Medal of Honor recipient Army Lieutenant Colonel Rascon: “I was always an American in my heart.”
(Post Picture) “Two American soldiers from the 173rd Airborne Brigade help Alfred Rascon, a four-time wounded medic from a reconnaissance platoon. Thirty years later, Rascon received the Medal of Honor.
Mexican-born Medal of Honor recipient Alfred Rascon was once asked about his courage on the battlefield fighting for America even though he had yet to become a citizen. “I was always an American in my heart,” said Rascon.
Alfred Rascon’s story started when he immigrated with his parents to the United States from Mexico when he was just a toddler. He grew up in the town of Oxnard, not far from Los Angeles. As a child, Alfred saw many servicemen from different military branches visiting Oxnard during the Korean War. He read Sergeant Rock comic books, played with plastic soldiers and pretended to be an airman, once jumping off the roof of his house and breaking his wrist.
After graduating high school, he believed that his options were mostly limited to working in a body shop or a gas station. He didn’t want that and hoped to attend college but lacked the money. He needed permission from his parents to join military service. “I had made up my mind. Once I graduated from high school I wanted to join the military. . . . So, at the ripe age of 17, in 1963, in August, I joined the Army.”
Following basic training and several weeks of additional instruction, Alfred Rascon became a medic. After he completed jump school, he shipped off to Okinawa. By May 1965, he was in Vietnam.
Although only 19 years old, he had no choice but to adapt to his role as a medic. “Eventually what happens, you start seeing people that are killed and then realizing that you’re a 20-year-old or a 19-year-old kid, and you’ve got a medical bag that’s not appropriate to what you’re doing,” said Rascon. “Then all of a sudden, you’ve got to live by your wits and the skills of your self-teaching and the teachings of others, who are senior medics, and realize that, as a 19-year-old, you’re not God. And you’re about to see people that are going to get dismembered, disemboweled, and people that are about to die in your arms. And you did not have the choice to come back and say I don’t want to take care of him. You had to.”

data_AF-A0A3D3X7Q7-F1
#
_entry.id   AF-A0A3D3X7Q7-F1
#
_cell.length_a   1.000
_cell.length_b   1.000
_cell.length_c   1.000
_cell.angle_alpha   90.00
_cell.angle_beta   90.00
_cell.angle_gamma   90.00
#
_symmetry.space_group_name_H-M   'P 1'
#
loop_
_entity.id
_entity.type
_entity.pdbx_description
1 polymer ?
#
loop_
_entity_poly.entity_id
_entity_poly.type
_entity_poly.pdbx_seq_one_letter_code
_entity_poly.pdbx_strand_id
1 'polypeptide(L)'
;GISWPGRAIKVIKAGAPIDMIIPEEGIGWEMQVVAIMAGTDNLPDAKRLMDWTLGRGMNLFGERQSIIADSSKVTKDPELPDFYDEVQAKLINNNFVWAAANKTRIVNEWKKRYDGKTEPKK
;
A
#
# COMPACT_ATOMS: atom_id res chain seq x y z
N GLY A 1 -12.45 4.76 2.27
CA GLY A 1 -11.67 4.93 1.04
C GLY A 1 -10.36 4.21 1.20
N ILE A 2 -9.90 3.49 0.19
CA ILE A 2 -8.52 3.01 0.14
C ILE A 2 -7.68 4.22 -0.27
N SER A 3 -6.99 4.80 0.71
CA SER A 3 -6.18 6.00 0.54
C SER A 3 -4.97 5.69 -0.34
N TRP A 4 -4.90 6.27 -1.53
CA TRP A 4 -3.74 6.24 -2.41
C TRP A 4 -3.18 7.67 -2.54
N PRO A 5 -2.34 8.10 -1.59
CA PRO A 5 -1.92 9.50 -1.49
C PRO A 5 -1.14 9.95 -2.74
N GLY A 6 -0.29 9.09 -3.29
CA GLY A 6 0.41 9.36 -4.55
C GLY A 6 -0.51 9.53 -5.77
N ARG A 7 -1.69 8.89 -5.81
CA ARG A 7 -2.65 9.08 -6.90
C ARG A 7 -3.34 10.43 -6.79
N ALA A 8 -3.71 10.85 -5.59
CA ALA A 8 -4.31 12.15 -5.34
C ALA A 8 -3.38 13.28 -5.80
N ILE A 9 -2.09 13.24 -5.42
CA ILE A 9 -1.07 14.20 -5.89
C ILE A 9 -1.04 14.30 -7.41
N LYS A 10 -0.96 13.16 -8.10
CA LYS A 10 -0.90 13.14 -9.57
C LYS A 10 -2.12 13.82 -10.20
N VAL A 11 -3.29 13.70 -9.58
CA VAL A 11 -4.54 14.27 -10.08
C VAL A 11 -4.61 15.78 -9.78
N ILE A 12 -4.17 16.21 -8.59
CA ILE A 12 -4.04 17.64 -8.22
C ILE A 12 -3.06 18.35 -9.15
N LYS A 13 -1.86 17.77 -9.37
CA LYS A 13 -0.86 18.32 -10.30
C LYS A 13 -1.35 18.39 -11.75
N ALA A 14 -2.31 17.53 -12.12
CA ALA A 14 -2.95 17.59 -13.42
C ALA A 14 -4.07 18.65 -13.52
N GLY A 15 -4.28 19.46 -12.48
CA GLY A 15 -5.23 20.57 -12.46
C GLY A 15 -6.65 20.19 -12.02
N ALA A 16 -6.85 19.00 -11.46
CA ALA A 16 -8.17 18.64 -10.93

March 16, 1966, changed the lives of Alfred Rascon and the members of his platoon. The events were part of Operation Silver City and took place in South Vietnam.
In Congressional testimony, Elmer R. Compton, a sergeant in Alfred Rascon’s platoon, described what happened on that day:
On March 16, 1966, Al Rascon was with the Recon Platoon on a search and destroy mission known as Operation Silver City. My team had engaged a well-armed enemy force and the enemy had superiority and immediately pinned our fire team down. Through the intense fire of automatic fire and grenades, Rascon made his way to the point where my squad was pinned down and couldn’t move in any direction.
Although wounded himself, Rascon continued to move forward to work his way to my position, attending to my wounds as well. After reaching my position, I could see that he was in great pain. As he began to patch me up, as I was placing M16 fire in the direction of the enemy, two or three hand grenades were thrown in our direction, the direction of Rascon and myself, landing no more than a few feet away. Without hesitation, Rascon jumped on me, taking me to the ground and covering me with his body. He received numerous wounds from that encounter, also. I truly do believe his actions that day saved my life. What more can a person do for God, country and his fellow man?